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Megan Rapinoe will play for national team but won't stand for the U.S.

There typically is not much suspense involved in the announcement of a United States women’s national team roster. Most of the names are familiar. Only when coach Jill Ellis is deciding the final spot or two for a major international tournament is there reason to pay attention.

There is no big tournament for another three years. The USWNT next will play a couple of friendlies, neither against a significant opponent. U.S. Soccer had our attention, though, when the 21 players chosen for games against Thailand and the Netherlands were announced.

Megan Rapinoe is on the roster. That’s no surprise. But it is a big deal.

Because Rapinoe recently has chosen to join the protest begun by the NFL’s Colin Kaepernick by refusing to stand as the Star-Spangled Banner is played before games. She knelt during the national anthem when the Seattle Reign played a road game Sunday in Chicago. She planned to do it again Wednesday, but the owner of the Washington Spirit preempted the protest by having the anthem played before the teams entered the field.

Rapinoe told Sports Illustrated’s Grant Wahl her intent is to kneel again during the anthem Sept. 15 when the U.S. plays Thailand in Columbus. If she follows through on that promise, it would be quite the hypocritical stance.

The game at MAPFRE Stadium will not just be played in the United States. It will be played for the United States. The uniform will include a crest designed to approximate the American flag. The letters U-S-A are emblazoned in deep blue on that logo, with a series of red and white stripes underneath.

The playing of national anthems prior to international soccer games is not the same as the Star-Spangled Banner’s presence at U.S. sporting events, some curious relic of the last World War that persisted out of habit into this century.

The picture of 11 soccer players standing together, sometimes arm-in-arm, often singing their anthem’s lyrics – that’s not just an American deal. The thousands of Chileans who sang their anthem in joyous unison prior to a 2014 World Cup game in Sao Paulo made that quite apparent.

If Rapinoe declines to engage in that ceremony she may think she is presenting herself as a conscientious objector. If she does so while wearing the U.S. crest and accepting a national team paycheck, however, she looks far more like a mercenary.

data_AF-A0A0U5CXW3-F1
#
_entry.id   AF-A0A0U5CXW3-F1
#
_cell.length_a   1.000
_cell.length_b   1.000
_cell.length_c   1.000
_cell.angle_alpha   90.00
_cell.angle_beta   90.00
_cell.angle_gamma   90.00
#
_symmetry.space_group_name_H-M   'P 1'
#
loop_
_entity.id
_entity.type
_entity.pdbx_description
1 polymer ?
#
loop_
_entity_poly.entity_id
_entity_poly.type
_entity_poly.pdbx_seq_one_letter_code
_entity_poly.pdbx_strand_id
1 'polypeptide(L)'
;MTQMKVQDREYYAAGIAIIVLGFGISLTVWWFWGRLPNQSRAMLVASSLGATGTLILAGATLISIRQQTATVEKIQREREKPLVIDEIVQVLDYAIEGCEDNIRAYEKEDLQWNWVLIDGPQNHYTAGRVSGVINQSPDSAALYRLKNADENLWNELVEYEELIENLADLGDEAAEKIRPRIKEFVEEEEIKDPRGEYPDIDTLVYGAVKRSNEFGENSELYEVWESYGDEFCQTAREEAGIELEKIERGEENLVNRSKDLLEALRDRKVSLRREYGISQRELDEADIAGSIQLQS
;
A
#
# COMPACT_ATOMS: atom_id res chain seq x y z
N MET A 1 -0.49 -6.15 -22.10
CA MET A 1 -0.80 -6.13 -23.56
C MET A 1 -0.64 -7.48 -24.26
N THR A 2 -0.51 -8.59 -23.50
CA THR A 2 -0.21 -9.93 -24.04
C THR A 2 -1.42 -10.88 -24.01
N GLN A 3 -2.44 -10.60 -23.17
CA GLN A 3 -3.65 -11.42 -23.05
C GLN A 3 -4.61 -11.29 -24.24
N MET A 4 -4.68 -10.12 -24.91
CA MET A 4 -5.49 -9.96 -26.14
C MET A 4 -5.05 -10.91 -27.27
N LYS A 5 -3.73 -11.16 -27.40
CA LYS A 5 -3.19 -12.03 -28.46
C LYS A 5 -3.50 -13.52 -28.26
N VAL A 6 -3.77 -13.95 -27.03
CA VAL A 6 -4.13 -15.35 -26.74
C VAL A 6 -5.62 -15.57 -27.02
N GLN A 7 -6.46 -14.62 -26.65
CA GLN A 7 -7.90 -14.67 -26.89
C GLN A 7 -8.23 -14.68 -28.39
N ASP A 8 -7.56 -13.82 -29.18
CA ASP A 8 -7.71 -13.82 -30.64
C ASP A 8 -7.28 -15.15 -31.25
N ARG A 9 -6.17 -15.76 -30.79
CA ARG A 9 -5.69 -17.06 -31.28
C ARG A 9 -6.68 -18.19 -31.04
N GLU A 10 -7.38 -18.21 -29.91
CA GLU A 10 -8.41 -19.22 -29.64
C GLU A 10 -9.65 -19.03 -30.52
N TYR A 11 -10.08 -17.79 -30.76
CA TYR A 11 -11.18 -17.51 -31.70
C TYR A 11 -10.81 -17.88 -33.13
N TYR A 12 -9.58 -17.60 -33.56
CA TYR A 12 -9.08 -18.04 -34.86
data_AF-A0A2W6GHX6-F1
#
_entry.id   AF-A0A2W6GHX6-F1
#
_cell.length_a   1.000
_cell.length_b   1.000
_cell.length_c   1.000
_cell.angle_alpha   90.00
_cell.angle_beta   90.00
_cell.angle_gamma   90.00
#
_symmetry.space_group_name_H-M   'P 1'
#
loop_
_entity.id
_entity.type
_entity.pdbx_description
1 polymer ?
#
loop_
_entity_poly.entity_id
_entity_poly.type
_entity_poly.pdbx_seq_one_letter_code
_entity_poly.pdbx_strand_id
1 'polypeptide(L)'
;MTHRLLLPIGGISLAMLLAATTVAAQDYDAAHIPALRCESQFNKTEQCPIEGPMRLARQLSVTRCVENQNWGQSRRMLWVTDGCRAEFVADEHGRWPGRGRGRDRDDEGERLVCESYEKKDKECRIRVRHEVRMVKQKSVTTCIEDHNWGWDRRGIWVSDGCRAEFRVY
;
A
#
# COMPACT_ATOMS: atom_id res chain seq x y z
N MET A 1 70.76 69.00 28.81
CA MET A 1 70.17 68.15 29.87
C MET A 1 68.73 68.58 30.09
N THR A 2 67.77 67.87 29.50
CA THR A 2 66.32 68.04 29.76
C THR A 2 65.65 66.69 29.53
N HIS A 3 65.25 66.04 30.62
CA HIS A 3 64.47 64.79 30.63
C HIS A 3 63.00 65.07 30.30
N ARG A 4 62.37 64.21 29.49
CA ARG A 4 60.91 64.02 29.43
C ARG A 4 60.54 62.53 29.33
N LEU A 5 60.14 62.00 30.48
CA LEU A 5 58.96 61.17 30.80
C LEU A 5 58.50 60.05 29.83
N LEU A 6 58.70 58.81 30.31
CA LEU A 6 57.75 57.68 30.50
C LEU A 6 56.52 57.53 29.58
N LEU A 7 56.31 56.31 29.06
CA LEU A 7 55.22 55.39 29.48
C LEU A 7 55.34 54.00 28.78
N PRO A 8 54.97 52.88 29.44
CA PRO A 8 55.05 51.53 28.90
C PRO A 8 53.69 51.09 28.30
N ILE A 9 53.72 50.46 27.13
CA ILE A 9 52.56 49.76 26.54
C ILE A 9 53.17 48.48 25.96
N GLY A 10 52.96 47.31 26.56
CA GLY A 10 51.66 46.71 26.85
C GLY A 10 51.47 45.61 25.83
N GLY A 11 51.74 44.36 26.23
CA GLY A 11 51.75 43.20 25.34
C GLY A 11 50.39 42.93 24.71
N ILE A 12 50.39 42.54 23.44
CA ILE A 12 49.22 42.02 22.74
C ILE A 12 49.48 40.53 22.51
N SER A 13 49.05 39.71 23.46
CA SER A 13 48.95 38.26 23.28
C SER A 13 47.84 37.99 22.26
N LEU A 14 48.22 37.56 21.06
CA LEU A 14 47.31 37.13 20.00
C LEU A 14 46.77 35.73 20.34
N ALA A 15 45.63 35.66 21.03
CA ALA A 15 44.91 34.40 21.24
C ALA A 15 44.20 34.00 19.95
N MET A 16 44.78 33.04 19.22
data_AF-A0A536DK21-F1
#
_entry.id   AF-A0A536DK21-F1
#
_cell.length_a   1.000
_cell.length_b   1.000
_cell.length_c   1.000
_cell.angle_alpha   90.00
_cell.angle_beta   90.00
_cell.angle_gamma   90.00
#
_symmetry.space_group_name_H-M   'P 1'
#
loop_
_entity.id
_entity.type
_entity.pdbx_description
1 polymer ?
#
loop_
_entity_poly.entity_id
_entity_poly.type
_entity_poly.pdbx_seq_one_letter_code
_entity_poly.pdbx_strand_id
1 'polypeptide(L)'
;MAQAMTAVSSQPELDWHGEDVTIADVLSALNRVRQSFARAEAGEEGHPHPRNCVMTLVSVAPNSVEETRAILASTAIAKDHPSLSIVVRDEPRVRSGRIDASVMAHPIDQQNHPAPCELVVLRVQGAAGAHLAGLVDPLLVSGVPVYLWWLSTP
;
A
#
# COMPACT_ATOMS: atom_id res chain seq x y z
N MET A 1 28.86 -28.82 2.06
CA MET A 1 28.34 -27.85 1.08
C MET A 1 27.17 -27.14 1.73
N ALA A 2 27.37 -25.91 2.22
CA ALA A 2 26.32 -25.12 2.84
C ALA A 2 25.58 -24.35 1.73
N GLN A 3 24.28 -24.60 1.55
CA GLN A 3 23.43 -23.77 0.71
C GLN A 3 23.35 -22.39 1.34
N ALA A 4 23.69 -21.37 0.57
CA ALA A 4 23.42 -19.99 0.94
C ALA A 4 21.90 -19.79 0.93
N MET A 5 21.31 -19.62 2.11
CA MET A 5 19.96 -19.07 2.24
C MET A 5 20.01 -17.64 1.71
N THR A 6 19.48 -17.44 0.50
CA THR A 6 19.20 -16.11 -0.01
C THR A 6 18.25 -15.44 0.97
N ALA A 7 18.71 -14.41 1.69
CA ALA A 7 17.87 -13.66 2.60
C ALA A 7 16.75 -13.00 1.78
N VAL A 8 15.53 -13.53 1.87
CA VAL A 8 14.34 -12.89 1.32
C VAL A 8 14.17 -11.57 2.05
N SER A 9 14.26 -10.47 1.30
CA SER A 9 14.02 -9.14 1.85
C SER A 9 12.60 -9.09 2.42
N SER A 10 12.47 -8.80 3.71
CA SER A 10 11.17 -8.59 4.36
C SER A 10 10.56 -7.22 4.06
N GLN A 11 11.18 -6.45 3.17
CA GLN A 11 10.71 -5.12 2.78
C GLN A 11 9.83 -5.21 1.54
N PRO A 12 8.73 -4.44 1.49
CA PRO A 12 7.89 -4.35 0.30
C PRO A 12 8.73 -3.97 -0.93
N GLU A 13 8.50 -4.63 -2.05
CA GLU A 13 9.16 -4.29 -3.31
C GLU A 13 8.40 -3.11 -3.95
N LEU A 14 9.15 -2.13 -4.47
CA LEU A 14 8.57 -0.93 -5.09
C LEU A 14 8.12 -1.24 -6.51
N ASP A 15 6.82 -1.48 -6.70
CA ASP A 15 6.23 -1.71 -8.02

In joining Kaepernick, Rapinoe explained she was bothered by the reaction to his decision to kneel for the anthem, calling it “overtly racist.” Some of it certainly was. But that was a broad brush to employ, which always was the biggest problem with Kaepernick’s initial protest.

As opposed to the “I Can’t Breathe” T-shirt worn by LeBron James in 2014 or the “Change Starts With Us” shirts worn by members of the Minnesota Lynx this summer, which made a cogent point about a problem that merits serious attention, Kaepernick chose a protest that was going to strike Americans in many different ways; some approved, some considered it an insult aimed at all Americans, some viewed it as a slight against the military, some would not have endorsed Kaepernick if he wrapped himself in the flag because, yes, some people are overtly racist.

Kaepernick’s choice of such an overly broad protest served to further divide a nation that already is fighting itself as it hasn’t in years and that isn’t likely, without greater cooperation, to foster solutions to the issues of racism and brutality among some police. Rapinoe is being praised by many for her eloquence, but the assertions she made about the motivations of those who objected to Kaepernick’s action also struck many who were innocent of the charge.

Following the Seattle-Washington game Wednesday, Rapinoe spoke with the media about the choices the Spirit owner made as well as the decision she’ll make in advance of the Thailand game. She mentioned that people have asked how she’ll handled multiple anthems. She dismissed that as “people uncomfortable with the conversation that I’m trying to have.”

It’s an uncomfortable conversation by its nature, though. If Rapinoe were to choose not to stand for Thailand’s anthem it would be viewed as a sign of disrespect. Which is how many Americans also look at her choice not to stand when the U.S. anthem is played.

Rapinoe said she hopes the “outrage” will dwindle so “we can have a meaningful conversation.” That’s hypocritical, too. If the goal is a dialogue, it’s unwise to open with a statement affronting the other party. It’s no way to get them to listen.